Fedora 17 Debuts as Linux 3.5 Release Cycle Begins
It has been another busy week on the Linux Planet with a major distribution release and the beginning of a new kernel release cycle.
1) Fedora 17
The first Fedora release of 2012 hit general availability last week and it's a distribution that the community has been 'relishing' for some time. Nicknamed the 'Beefy Miracle' the Fedora 17 release is loaded with both desktop, server and cloud facing condiments.
On the desktop side is the latest GNOME 3.4 release which is now the default across a wider range of hardware than the previous Fedora 16 release. With Fedora 16, there was a GNOME Fallback mode that enable a more classic GNOME desktop for those that wanted it (or didn't have the right hardware).
Robyn Bergeron told InternetNews.com that that fallback mode isn't completely and entirely eliminated, there are a few video configurations for which it will still occur.
The other big user facing change is the change to the /usr directory. Fedora is now consolidating multiple directories that all likely always should have been /usr into one directory.
"It's mostly about reducing complexity, in a number of areas - from things as simple as having a cleaner overall filesystem layout, to making packaging easier for someone who is packaging software for multiple distributions," Bergeron said. "There are also benefits from a power-user or enterprise perspective -- you can do snapshotting of the OS, or share it between multiple hosts."
On the server side, Fedora 17 sports the oVirt project which is essentially the open source community version of Red Hat Enterprise Virtualization. As part of Fedora, oVirt will serve as a worthy option and alternative to VMware.
From a cloud perspective, Fedora 17 is loaded up with the latest OpenStack Essex release including the Quantum networking project. OpenStack has appeared in Fedora before, but this is the first time that it's in a Red Hat sponsored effort since Red Hat officially became a member of the OpenStack Foundation.
"At the heat of a thousand hot dog cookers, the seventeenth release of Fedora shall be forged by contributors the world over, and it will be known as: Beefy Miracle. The mustard shall indicate progress."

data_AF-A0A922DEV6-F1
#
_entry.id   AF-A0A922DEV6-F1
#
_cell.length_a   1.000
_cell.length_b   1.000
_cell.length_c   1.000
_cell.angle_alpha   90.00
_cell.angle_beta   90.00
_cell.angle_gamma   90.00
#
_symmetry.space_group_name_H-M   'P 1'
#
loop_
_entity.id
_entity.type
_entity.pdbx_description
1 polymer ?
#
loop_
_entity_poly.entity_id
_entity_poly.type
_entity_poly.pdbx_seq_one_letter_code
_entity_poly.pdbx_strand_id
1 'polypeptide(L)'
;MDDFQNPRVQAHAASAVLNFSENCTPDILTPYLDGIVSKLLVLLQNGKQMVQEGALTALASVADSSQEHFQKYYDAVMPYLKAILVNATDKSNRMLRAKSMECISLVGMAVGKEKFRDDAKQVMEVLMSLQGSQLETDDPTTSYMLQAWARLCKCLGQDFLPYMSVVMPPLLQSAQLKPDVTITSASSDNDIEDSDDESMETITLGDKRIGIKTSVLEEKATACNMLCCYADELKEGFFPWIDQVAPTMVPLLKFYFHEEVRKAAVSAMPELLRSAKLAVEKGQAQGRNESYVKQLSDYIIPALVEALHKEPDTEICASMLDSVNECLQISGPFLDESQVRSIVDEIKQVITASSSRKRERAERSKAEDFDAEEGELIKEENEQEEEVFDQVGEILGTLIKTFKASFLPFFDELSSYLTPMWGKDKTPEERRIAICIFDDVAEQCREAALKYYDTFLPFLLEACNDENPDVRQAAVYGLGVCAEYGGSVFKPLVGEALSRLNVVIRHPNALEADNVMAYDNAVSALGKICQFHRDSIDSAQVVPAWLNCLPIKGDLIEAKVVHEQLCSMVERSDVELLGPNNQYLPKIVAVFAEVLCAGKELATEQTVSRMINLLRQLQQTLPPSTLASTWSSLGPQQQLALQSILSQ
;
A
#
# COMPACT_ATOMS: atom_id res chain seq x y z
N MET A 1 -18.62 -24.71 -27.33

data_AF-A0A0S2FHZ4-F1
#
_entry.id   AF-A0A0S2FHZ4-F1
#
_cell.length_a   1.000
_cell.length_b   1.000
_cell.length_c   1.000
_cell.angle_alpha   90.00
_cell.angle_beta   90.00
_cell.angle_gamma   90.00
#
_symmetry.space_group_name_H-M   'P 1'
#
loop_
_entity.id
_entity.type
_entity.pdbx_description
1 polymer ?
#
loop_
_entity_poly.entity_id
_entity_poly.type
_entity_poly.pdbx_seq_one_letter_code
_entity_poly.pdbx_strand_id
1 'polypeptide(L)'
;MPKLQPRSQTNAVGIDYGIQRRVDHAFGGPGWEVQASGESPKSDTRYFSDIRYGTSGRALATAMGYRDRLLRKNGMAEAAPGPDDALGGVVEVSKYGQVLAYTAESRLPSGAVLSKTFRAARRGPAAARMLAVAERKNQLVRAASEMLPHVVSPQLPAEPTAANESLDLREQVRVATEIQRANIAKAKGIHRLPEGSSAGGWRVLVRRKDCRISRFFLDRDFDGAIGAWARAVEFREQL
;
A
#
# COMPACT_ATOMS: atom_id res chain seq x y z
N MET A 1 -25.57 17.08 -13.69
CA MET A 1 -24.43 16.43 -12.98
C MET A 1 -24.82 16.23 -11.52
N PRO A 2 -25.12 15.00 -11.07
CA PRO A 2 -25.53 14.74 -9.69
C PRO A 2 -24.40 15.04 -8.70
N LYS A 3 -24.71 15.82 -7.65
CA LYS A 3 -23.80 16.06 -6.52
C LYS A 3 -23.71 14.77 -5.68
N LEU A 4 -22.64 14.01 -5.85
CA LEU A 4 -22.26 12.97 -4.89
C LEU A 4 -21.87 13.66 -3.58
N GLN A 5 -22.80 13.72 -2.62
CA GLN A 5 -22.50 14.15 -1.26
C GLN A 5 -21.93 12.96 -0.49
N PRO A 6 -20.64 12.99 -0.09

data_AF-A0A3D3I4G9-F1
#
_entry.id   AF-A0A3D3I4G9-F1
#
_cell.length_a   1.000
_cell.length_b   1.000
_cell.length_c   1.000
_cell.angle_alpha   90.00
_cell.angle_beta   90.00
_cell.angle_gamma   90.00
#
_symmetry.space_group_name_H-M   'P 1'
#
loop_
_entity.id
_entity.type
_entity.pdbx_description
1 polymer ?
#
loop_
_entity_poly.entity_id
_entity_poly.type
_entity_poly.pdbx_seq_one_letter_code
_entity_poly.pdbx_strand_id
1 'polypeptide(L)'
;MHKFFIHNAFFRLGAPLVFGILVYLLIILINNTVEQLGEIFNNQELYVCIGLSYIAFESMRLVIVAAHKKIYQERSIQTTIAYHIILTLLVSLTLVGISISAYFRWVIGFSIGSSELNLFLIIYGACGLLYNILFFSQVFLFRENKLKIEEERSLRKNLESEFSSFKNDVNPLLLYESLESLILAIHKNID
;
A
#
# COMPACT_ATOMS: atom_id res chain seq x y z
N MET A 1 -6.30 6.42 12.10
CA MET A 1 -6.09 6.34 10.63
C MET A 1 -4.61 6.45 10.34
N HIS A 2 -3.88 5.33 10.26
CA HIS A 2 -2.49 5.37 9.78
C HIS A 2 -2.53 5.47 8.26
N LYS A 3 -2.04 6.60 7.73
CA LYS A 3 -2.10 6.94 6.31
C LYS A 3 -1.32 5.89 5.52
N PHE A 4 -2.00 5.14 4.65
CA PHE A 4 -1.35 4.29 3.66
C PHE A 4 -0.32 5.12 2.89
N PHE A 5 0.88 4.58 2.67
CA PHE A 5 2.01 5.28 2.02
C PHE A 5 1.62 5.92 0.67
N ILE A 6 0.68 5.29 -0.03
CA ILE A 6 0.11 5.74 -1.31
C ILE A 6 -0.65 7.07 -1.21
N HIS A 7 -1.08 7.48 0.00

2) Fedora 18 Secure Boot
With the general availability of Fedora 17, work has now commenced on Fedora 18. The release cycle for Fedora 18, nicknamed the Spherical Cow, coincides with the release time frame for Microsoft's Windows 8.
As opposed to previous releases of Windows, Microsoft this time around is imposing its' will on hardware vendors with a new Secure UEFI boot system. With Secure UEFI a signed digital key will be required in order for an operating system to boot. It's a problem that could potentially make it impossible for Linux users to boot Linux on new hardware.
Fedora has one possible solution It involves paying VeriSign for a key that Microsoft will then use with hardware vendors. Fedora developer Matthew Garret provides all the gory detail in a blog post.
"In all probability, this is the approach we'll take. Our first stage bootloader will be signed with a Microsoft key."
3) Linux 3.5 Release Cycle Starts
Linus Torvalds kicked off the latest kernel release cycle late Saturday night with the first release candidate for the Linux 3.5 kernel. The release comes just two short weeks after Linux 3.4 was officially released.
At this early stage the bulk of the kernel is driver updates, though Torvalds noted there is more too.
"Depending on what your interest is, you might be excited about the CoDel packet scheduler, or about the GPU driver updates, or the new scsi targets," Torvalds wrote in his release announcement. "There is something in here for pretty much anybody."